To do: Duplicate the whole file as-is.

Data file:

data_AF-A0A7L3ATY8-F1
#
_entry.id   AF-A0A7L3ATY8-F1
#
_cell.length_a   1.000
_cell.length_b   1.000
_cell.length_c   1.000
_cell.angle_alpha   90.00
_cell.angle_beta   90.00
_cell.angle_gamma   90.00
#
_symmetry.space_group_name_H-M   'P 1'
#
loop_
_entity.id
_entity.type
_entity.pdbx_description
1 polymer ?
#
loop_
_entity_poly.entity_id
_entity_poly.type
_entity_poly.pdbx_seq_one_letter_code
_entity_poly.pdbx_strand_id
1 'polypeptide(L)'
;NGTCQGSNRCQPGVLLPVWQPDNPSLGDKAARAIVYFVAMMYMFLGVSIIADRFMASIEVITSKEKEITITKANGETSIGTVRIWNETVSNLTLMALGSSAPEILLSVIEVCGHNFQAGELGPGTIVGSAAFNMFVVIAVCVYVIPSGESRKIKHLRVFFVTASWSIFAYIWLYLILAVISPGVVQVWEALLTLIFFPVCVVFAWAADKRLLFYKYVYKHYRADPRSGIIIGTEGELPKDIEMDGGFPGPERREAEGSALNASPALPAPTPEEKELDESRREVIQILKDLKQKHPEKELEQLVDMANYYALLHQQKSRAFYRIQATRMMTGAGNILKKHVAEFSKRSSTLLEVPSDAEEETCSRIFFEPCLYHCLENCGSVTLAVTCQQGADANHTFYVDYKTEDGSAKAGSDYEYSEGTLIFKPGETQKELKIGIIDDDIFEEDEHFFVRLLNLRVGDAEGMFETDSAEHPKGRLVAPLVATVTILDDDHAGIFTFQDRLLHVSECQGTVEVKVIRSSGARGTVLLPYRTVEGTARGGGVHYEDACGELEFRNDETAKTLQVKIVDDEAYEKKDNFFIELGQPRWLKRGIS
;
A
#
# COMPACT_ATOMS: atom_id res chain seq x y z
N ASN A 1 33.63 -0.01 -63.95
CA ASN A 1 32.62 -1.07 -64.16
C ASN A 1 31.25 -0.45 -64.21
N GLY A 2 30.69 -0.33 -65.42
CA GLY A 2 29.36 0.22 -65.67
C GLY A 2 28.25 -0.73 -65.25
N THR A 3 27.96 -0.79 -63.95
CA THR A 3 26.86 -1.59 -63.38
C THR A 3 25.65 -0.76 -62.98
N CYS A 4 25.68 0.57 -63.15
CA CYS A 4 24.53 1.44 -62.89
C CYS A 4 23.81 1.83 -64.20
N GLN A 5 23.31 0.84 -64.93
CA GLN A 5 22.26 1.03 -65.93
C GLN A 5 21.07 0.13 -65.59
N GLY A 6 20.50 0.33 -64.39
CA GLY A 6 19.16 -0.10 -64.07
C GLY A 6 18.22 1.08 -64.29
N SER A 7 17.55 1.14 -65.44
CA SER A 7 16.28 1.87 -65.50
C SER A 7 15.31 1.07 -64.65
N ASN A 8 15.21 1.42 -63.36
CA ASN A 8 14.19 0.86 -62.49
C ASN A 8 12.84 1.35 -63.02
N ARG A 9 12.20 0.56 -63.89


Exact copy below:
data_AF-A0A7L3ATY8-F1
#
_entry.id   AF-A0A7L3ATY8-F1
#
_cell.length_a   1.000
_cell.length_b   1.000
_cell.length_c   1.000
_cell.angle_alpha   90.00
_cell.angle_beta   90.00
_cell.angle_gamma   90.00
#
_symmetry.space_group_name_H-M   'P 1'
#
loop_
_entity.id
_entity.type
_entity.pdbx_description
1 polymer ?
#
loop_
_entity_poly.entity_id
_entity_poly.type
_entity_poly.pdbx_seq_one_letter_code
_entity_poly.pdbx_strand_id
1 'polypeptide(L)'
;NGTCQGSNRCQPGVLLPVWQPDNPSLGDKAARAIVYFVAMMYMFLGVSIIADRFMASIEVITSKEKEITITKANGETSIGTVRIWNETVSNLTLMALGSSAPEILLSVIEVCGHNFQAGELGPGTIVGSAAFNMFVVIAVCVYVIPSGESRKIKHLRVFFVTASWSIFAYIWLYLILAVISPGVVQVWEALLTLIFFPVCVVFAWAADKRLLFYKYVYKHYRADPRSGIIIGTEGELPKDIEMDGGFPGPERREAEGSALNASPALPAPTPEEKELDESRREVIQILKDLKQKHPEKELEQLVDMANYYALLHQQKSRAFYRIQATRMMTGAGNILKKHVAEFSKRSSTLLEVPSDAEEETCSRIFFEPCLYHCLENCGSVTLAVTCQQGADANHTFYVDYKTEDGSAKAGSDYEYSEGTLIFKPGETQKELKIGIIDDDIFEEDEHFFVRLLNLRVGDAEGMFETDSAEHPKGRLVAPLVATVTILDDDHAGIFTFQDRLLHVSECQGTVEVKVIRSSGARGTVLLPYRTVEGTARGGGVHYEDACGELEFRNDETAKTLQVKIVDDEAYEKKDNFFIELGQPRWLKRGIS
;
A
#
# COMPACT_ATOMS: atom_id res chain seq x y z
N ASN A 1 33.63 -0.01 -63.95
CA ASN A 1 32.62 -1.07 -64.16
C ASN A 1 31.25 -0.45 -64.21
N GLY A 2 30.69 -0.33 -65.42
CA GLY A 2 29.36 0.22 -65.67
C GLY A 2 28.25 -0.73 -65.25
N THR A 3 27.96 -0.79 -63.95
CA THR A 3 26.86 -1.59 -63.38
C THR A 3 25.65 -0.76 -62.98
N CYS A 4 25.68 0.57 -63.15
CA CYS A 4 24.53 1.44 -62.89
C CYS A 4 23.81 1.83 -64.20
N GLN A 5 23.31 0.84 -64.93
CA GLN A 5 22.26 1.03 -65.93
C GLN A 5 21.07 0.13 -65.59
N GLY A 6 20.50 0.33 -64.39
CA GLY A 6 19.16 -0.10 -64.07
C GLY A 6 18.22 1.08 -64.29
N SER A 7 17.55 1.14 -65.44
CA SER A 7 16.28 1.87 -65.50
C SER A 7 15.31 1.07 -64.65
N ASN A 8 15.21 1.42 -63.36
CA ASN A 8 14.19 0.86 -62.49
C ASN A 8 12.84 1.35 -63.02
N ARG A 9 12.20 0.56 -63.89